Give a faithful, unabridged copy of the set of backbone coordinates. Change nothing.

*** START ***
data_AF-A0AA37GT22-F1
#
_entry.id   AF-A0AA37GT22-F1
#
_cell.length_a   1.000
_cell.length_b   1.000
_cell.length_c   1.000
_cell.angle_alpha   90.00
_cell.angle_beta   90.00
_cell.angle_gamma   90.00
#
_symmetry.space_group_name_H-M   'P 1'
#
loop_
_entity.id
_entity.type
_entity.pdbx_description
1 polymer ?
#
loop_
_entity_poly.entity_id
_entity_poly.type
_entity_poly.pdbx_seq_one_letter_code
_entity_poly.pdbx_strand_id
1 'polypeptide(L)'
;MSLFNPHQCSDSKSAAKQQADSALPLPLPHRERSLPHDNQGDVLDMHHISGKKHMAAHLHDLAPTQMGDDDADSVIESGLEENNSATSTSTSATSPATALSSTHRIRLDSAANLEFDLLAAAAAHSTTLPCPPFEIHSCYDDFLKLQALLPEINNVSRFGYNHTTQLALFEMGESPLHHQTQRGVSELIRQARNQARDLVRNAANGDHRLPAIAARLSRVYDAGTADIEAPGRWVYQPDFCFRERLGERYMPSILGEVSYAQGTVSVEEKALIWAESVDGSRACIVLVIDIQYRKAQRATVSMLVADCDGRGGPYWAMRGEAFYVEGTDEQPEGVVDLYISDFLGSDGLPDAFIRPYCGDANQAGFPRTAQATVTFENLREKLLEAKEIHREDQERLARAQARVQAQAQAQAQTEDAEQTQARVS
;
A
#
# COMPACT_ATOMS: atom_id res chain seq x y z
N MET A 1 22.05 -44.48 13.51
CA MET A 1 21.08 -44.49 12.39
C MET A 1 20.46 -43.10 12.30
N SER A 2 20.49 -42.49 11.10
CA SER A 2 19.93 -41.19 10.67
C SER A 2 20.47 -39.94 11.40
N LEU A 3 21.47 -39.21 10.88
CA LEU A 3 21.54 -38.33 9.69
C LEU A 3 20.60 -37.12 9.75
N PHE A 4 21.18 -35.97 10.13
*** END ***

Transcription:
data_AF-A0AA37GT22-F1
#
_entry.id   AF-A0AA37GT22-F1
#
_cell.length_a   1.000
_cell.length_b   1.000
_cell.length_c   1.000
_cell.angle_alpha   90.00
_cell.angle_beta   90.00
_cell.angle_gamma   90.00
#
_symmetry.space_group_name_H-M   'P 1'
#
loop_
_entity.id
_entity.type
_entity.pdbx_description
1 polymer ?
#
loop_
_entity_poly.entity_id
_entity_poly.type
_entity_poly.pdbx_seq_one_letter_code
_entity_poly.pdbx_strand_id
1 'polypeptide(L)'
;MSLFNPHQCSDSKSAAKQQADSALPLPLPHRERSLPHDNQGDVLDMHHISGKKHMAAHLHDLAPTQMGDDDADSVIESGLEENNSATSTSTSATSPATALSSTHRIRLDSAANLEFDLLAAAAAHSTTLPCPPFEIHSCYDDFLKLQALLPEINNVSRFGYNHTTQLALFEMGESPLHHQTQRGVSELIRQARNQARDLVRNAANGDHRLPAIAARLSRVYDAGTADIEAPGRWVYQPDFCFRERLGERYMPSILGEVSYAQGTVSVEEKALIWAESVDGSRACIVLVIDIQYRKAQRATVSMLVADCDGRGGPYWAMRGEAFYVEGTDEQPEGVVDLYISDFLGSDGLPDAFIRPYCGDANQAGFPRTAQATVTFENLREKLLEAKEIHREDQERLARAQARVQAQAQAQAQTEDAEQTQARVS
;
A
#
# COMPACT_ATOMS: atom_id res chain seq x y z
N MET A 1 22.05 -44.48 13.51
CA MET A 1 21.08 -44.49 12.39
C MET A 1 20.46 -43.10 12.30
N SER A 2 20.49 -42.49 11.10
CA SER A 2 19.93 -41.19 10.67
C SER A 2 20.47 -39.94 11.40
N LEU A 3 21.47 -39.21 10.88
CA LEU A 3 21.54 -38.33 9.69
C LEU A 3 20.60 -37.12 9.75
N PHE A 4 21.18 -35.97 10.13